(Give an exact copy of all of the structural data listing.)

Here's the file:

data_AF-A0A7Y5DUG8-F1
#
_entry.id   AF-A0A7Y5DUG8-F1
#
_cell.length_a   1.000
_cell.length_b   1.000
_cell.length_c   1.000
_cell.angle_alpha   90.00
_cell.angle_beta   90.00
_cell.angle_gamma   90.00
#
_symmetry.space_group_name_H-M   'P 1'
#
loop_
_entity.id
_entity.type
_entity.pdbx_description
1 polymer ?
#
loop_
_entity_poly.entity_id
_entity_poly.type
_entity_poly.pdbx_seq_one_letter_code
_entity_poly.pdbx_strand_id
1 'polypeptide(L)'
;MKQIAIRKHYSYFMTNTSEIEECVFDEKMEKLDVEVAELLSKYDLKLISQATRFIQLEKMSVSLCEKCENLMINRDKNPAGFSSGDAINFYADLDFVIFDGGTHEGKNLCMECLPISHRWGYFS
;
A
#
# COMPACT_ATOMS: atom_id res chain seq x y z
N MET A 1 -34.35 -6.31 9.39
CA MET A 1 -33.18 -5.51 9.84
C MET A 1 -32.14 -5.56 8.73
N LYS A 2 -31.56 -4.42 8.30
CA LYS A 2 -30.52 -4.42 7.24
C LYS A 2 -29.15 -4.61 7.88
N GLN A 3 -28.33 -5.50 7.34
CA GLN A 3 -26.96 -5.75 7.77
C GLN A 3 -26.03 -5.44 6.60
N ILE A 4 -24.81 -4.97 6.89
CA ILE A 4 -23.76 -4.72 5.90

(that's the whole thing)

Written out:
data_AF-A0A7Y5DUG8-F1
#
_entry.id   AF-A0A7Y5DUG8-F1
#
_cell.length_a   1.000
_cell.length_b   1.000
_cell.length_c   1.000
_cell.angle_alpha   90.00
_cell.angle_beta   90.00
_cell.angle_gamma   90.00
#
_symmetry.space_group_name_H-M   'P 1'
#
loop_
_entity.id
_entity.type
_entity.pdbx_description
1 polymer ?
#
loop_
_entity_poly.entity_id
_entity_poly.type
_entity_poly.pdbx_seq_one_letter_code
_entity_poly.pdbx_strand_id
1 'polypeptide(L)'
;MKQIAIRKHYSYFMTNTSEIEECVFDEKMEKLDVEVAELLSKYDLKLISQATRFIQLEKMSVSLCEKCENLMINRDKNPAGFSSGDAINFYADLDFVIFDGGTHEGKNLCMECLPISHRWGYFS
;
A
#
# COMPACT_ATOMS: atom_id res chain seq x y z
N MET A 1 -34.35 -6.31 9.39
CA MET A 1 -33.18 -5.51 9.84
C MET A 1 -32.14 -5.56 8.73
N LYS A 2 -31.56 -4.42 8.30
CA LYS A 2 -30.52 -4.42 7.24
C LYS A 2 -29.15 -4.61 7.88
N GLN A 3 -28.33 -5.50 7.34
CA GLN A 3 -26.96 -5.75 7.77
C GLN A 3 -26.03 -5.44 6.60
N ILE A 4 -24.81 -4.97 6.89
CA ILE A 4 -23.76 -4.72 5.90